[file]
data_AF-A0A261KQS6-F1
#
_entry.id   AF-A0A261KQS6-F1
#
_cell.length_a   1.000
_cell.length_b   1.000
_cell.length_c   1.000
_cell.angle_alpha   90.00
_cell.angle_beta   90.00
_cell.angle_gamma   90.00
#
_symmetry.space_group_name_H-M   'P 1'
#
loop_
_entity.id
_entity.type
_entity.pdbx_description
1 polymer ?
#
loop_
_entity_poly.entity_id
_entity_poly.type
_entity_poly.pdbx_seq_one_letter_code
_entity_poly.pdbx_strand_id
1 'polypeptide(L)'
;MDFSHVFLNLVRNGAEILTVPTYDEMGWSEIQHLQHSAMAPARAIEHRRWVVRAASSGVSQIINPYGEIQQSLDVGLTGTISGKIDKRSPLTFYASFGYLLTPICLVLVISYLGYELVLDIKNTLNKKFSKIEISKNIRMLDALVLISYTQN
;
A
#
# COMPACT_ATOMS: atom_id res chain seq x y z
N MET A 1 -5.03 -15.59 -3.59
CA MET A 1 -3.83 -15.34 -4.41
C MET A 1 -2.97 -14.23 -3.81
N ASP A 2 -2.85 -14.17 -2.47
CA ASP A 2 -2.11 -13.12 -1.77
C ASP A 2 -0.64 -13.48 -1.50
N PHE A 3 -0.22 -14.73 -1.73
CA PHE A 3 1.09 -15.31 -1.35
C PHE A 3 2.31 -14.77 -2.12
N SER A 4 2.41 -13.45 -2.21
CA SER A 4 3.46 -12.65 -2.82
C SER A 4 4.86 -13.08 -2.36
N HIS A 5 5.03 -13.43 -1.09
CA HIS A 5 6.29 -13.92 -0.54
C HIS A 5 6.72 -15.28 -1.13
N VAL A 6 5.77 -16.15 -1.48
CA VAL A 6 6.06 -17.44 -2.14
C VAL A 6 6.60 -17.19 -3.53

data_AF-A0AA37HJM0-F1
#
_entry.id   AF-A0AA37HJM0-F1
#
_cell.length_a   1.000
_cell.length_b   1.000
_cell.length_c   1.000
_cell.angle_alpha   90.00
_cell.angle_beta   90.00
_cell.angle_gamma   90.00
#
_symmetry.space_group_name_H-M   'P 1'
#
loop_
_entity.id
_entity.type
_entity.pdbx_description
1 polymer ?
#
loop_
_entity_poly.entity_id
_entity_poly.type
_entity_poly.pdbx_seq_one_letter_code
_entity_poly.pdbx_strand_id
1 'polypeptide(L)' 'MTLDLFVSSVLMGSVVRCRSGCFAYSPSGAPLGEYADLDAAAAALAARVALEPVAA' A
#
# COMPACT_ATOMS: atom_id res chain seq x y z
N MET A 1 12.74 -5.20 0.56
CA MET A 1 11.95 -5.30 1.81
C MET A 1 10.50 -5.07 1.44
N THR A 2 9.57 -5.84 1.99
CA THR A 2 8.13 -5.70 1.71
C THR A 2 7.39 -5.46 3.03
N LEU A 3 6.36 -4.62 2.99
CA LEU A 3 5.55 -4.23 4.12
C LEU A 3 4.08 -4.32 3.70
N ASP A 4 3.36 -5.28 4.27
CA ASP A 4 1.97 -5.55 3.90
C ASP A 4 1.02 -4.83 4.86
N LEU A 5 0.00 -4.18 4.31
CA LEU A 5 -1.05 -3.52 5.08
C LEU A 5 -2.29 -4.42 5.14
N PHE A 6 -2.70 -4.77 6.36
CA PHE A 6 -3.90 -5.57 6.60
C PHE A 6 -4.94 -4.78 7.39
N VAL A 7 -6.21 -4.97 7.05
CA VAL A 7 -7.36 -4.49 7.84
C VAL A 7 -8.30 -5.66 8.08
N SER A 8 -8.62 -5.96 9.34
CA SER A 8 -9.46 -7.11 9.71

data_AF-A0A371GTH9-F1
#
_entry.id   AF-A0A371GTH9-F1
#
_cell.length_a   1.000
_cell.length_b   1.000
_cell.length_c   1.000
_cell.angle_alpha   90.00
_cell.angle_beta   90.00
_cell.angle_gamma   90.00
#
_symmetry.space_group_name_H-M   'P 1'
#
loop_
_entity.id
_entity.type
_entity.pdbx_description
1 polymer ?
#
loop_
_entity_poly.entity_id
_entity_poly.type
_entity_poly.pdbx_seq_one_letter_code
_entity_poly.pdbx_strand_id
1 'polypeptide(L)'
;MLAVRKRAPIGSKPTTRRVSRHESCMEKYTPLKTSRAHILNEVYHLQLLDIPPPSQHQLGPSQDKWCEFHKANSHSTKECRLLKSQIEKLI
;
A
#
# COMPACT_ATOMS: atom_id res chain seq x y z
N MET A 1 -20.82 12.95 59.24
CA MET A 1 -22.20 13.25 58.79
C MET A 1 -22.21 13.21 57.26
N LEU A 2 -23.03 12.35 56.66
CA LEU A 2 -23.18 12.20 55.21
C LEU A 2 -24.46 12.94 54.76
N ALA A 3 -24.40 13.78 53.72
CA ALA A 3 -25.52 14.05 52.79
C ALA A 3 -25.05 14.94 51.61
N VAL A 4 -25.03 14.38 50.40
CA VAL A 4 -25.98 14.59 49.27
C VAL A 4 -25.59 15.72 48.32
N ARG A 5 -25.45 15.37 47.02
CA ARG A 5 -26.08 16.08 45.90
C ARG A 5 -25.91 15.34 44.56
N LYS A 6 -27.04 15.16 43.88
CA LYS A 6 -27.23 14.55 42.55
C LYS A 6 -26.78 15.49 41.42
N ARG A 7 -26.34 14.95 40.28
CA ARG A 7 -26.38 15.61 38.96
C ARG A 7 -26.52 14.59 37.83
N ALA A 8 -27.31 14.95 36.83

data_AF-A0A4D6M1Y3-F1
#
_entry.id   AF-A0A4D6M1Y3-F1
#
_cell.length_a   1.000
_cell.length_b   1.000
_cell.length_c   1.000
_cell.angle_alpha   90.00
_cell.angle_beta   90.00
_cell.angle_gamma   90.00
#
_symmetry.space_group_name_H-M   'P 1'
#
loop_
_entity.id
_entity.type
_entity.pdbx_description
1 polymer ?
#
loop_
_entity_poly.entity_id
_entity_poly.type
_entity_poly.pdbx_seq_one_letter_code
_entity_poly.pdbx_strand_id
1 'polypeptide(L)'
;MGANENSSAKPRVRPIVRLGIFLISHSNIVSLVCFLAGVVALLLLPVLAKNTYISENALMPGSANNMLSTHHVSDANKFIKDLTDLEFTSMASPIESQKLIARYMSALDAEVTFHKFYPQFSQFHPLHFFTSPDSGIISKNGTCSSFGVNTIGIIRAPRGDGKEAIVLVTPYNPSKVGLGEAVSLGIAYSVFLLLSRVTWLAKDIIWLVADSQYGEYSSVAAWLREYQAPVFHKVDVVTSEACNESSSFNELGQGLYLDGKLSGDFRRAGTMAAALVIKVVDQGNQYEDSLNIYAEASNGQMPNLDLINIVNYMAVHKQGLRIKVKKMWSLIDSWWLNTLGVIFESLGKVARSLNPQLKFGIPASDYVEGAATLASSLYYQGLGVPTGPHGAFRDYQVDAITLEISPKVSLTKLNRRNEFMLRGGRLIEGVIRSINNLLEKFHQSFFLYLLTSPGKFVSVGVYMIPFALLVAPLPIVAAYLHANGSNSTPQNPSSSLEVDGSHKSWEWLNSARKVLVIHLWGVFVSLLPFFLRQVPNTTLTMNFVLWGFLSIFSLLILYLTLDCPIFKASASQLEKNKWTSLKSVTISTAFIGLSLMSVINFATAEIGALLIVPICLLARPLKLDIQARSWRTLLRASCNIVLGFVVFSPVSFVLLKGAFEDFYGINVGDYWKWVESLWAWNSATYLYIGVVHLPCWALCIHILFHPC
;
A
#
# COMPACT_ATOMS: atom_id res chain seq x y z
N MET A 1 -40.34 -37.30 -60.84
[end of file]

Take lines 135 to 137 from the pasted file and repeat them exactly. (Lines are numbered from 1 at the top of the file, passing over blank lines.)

N ALA A 3 -24.40 13.78 53.72
CA ALA A 3 -25.52 14.05 52.79
C ALA A 3 -25.05 14.94 51.61